Why Utilitarianism Is Flawed

As I’ve covered previously, utilitarianism is a useful philosophy in explaining the social utility of freedom. However, it puts the horse before the cart in saying that utility defines morality. The distinction is important, because under this premise anything is morally acceptable if it can be proven it provides utility.

This, of course, begs a few questions.

On utilitarianism, Quintus Curtius at Return of Kings correctly highlights some of the grievous flaws in the arguments made by its founder, Jeremy Bentham.

The weaknesses of utilitarianism are readily apparent. Bentham, while claiming to despise ideologies, simply substitutes his own for the ones that preceded him. And how are we, in our limited perspective, to know what is to the greatest advantage to the group? Who judges? Is not history and tradition—for which Bentham had such little regard—the primary determiners of what works for the group and what does not? (emphasis added)

And is it even proper to evaluate everything from a utilitarian perspective? “Usefulness” itself may be more often in the eye of the beholder than we care to admit. Bentham’s knowledge of history and human nature shows surprising shortcomings: “utilitarianism” in practice can often degenerate into a cover for our own prejudices and preferences. He was vigorously attacked in his lifetime by conservative Tories for being an atheist, a materialist, and an impractical idealist.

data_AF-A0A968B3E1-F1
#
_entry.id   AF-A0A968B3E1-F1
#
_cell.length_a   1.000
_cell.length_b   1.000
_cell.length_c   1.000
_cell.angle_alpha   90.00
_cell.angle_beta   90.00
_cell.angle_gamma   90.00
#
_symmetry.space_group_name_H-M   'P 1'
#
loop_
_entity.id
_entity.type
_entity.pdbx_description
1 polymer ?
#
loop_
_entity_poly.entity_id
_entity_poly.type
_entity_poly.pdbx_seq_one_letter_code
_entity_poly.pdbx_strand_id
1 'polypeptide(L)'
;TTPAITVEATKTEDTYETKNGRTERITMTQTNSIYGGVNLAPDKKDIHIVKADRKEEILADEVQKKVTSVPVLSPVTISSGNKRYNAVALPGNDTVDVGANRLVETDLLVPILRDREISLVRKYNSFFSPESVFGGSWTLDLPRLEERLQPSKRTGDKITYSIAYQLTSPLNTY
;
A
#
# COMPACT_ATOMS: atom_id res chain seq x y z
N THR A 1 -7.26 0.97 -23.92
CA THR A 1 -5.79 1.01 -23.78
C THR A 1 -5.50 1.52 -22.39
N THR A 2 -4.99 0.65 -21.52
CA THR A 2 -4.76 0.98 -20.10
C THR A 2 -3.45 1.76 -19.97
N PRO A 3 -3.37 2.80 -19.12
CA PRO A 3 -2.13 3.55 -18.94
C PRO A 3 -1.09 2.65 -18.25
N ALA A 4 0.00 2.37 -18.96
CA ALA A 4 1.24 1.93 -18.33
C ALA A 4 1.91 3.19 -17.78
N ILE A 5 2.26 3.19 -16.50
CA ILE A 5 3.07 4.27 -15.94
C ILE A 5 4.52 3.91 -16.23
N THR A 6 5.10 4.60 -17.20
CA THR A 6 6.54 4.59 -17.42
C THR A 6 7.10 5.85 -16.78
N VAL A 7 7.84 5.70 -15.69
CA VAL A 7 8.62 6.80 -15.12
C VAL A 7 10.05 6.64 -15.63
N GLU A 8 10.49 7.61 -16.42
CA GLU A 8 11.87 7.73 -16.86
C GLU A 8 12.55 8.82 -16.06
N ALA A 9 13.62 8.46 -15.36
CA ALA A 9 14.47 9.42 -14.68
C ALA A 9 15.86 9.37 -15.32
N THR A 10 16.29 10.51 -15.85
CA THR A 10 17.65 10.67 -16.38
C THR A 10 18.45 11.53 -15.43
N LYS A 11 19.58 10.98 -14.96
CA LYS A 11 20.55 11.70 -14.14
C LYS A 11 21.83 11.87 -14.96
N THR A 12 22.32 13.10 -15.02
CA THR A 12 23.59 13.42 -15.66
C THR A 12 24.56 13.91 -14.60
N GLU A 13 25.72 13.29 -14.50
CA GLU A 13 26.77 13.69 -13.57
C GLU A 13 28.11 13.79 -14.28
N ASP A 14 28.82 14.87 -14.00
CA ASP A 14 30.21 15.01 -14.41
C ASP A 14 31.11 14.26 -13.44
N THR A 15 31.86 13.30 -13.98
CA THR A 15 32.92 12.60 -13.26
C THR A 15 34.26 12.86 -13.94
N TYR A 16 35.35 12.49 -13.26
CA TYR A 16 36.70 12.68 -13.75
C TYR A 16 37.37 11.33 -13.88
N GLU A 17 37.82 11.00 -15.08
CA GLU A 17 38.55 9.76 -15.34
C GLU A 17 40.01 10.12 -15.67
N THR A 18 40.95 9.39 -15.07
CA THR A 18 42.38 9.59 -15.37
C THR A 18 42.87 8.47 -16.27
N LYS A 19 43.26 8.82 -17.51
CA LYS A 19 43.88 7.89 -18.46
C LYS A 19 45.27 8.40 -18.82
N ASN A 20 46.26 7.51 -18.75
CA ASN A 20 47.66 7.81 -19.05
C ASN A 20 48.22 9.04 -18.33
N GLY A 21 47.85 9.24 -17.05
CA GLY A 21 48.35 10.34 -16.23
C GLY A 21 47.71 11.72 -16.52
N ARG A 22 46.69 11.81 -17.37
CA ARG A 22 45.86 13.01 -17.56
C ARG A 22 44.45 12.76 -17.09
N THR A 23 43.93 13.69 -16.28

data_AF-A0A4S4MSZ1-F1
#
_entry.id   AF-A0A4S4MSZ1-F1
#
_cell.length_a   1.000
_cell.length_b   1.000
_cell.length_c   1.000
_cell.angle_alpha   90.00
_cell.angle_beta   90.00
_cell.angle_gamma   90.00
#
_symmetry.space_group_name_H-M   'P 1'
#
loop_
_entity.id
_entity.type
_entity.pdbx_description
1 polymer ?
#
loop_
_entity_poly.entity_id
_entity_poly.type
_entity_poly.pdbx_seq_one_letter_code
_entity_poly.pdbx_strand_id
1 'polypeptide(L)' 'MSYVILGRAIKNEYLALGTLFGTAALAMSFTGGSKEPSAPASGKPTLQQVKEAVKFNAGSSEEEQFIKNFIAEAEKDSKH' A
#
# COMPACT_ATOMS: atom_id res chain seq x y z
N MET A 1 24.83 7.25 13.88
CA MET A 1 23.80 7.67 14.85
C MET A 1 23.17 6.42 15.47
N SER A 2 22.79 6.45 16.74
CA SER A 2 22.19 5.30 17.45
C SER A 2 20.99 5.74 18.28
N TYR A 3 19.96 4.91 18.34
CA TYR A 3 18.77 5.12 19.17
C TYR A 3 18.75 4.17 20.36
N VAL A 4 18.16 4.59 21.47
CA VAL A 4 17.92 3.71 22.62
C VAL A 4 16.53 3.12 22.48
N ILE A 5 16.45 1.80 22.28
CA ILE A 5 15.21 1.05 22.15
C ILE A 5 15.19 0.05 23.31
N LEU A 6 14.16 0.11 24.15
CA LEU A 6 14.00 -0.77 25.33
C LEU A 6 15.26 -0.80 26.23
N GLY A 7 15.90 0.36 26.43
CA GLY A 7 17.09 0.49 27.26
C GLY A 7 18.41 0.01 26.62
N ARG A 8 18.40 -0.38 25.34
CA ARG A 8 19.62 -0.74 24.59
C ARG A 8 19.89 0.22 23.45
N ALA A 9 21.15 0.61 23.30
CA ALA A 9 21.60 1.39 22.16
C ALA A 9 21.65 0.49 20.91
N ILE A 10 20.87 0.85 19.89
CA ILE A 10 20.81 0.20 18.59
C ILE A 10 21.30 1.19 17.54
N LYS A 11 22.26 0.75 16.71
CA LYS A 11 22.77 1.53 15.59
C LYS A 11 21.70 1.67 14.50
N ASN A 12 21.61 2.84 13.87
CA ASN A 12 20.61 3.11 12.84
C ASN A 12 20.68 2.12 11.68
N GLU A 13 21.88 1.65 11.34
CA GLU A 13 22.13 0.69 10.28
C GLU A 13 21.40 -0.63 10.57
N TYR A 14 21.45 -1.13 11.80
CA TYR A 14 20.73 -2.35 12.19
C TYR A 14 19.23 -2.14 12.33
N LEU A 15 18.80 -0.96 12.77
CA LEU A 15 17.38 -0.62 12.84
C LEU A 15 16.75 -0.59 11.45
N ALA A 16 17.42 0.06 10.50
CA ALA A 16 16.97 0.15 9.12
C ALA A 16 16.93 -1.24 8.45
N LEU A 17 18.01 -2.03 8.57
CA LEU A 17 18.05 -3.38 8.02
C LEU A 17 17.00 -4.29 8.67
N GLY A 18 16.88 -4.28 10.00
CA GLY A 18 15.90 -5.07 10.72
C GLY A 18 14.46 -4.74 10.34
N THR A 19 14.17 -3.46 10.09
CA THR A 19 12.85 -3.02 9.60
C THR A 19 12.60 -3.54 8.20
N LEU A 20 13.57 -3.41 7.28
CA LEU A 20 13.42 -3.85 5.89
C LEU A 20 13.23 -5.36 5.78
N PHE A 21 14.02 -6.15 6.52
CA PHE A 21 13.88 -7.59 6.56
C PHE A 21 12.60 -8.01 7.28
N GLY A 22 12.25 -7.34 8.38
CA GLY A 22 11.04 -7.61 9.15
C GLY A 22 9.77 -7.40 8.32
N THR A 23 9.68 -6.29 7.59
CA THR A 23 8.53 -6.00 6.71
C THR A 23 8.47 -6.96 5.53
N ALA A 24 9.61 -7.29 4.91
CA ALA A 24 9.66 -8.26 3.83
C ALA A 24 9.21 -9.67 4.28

One of the comments made on the article by Davis Aurini of Stares at The World also summarized further these problems.

One of the great ironies of utilitarianism, is that despite its rejection of Natural Law, it repeatedly proves the existence of Natural Law by its attempts to patch itself (emphasis added).

Raw-utilitarianism often comes to inconvenient conclusions: such as, if the murder of one person by 10,000 others results in a net increase in ‘hedons’, then that murder is justified – you can literally see this logic being employed by communist countries. Sensing that this is evil, utilitarians will endlessly try to patch their ideology (creating exceptions that forbid acts like this), but ultimately the patches never work, and the very act f patching shows that they’re trying to adhere to Natural Law.

Under utilitarianism, the end truly does justify the means. But who gets to decide what the end actually is? Therein lies the problem.

Read more of Curtius’ writings at his blog

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14 Responses to Why Utilitarianism Is Flawed

  1. Utilitarianism’s main failing is that it tries to explain everything in terms of “happiness”, but feelings are flexible, and feelings are acquired by learning. It is possible to feel good about doing bad. Moral education teaches us to feel good about doing good and being good.

    Natural law’s main failing is that it cannot define why this law is more natural than that law. And if we strictly go by what we observe in nature, then there are two many bad behavioral examples of violence, “might makes right”, etc.

    Morality seeks what is good, and it seeks it for others as it seeks it for itself. We call something “good” if it meets a real need that we have as an individual, as a society, or as a species. To the degree that these needs can be objectively defined for a situation, the moral good can be objectively determined. For example, giving a glass of water to a man dying of thirst in the desert would be objectively good. But giving the same glass of water to a man drowning in the swimming pool would be objectively bad.

    As you move up Maslow’s Hierarchy of Needs, things start to get fuzzier. But, at least in theory, what is good and bad may be objectively determined.